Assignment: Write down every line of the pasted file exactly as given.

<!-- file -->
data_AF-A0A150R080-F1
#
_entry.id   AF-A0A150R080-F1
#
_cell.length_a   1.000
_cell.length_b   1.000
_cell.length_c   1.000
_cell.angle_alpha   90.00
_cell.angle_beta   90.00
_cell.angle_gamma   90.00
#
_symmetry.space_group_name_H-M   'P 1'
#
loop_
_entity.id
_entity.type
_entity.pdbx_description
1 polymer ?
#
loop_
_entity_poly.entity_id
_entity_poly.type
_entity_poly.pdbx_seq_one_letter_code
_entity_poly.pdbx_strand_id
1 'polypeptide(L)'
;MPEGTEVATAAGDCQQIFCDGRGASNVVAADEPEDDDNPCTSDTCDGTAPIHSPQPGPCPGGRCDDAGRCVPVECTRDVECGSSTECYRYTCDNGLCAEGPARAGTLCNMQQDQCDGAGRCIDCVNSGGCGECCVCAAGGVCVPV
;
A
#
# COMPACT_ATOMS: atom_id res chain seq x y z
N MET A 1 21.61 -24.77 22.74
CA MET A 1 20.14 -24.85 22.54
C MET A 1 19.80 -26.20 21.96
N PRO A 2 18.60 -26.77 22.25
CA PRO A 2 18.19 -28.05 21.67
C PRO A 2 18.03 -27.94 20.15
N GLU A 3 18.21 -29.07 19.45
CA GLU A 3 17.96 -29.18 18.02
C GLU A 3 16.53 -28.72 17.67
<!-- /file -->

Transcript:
data_AF-A0A150R080-F1
#
_entry.id   AF-A0A150R080-F1
#
_cell.length_a   1.000
_cell.length_b   1.000
_cell.length_c   1.000
_cell.angle_alpha   90.00
_cell.angle_beta   90.00
_cell.angle_gamma   90.00
#
_symmetry.space_group_name_H-M   'P 1'
#
loop_
_entity.id
_entity.type
_entity.pdbx_description
1 polymer ?
#
loop_
_entity_poly.entity_id
_entity_poly.type
_entity_poly.pdbx_seq_one_letter_code
_entity_poly.pdbx_strand_id
1 'polypeptide(L)'
;MPEGTEVATAAGDCQQIFCDGRGASNVVAADEPEDDDNPCTSDTCDGTAPIHSPQPGPCPGGRCDDAGRCVPVECTRDVECGSSTECYRYTCDNGLCAEGPARAGTLCNMQQDQCDGAGRCIDCVNSGGCGECCVCAAGGVCVPV
;
A
#
# COMPACT_ATOMS: atom_id res chain seq x y z
N MET A 1 21.61 -24.77 22.74
CA MET A 1 20.14 -24.85 22.54
C MET A 1 19.80 -26.20 21.96
N PRO A 2 18.60 -26.77 22.25
CA PRO A 2 18.19 -28.05 21.67
C PRO A 2 18.03 -27.94 20.15
N GLU A 3 18.21 -29.07 19.45
CA GLU A 3 17.96 -29.18 18.02
C GLU A 3 16.53 -28.72 17.67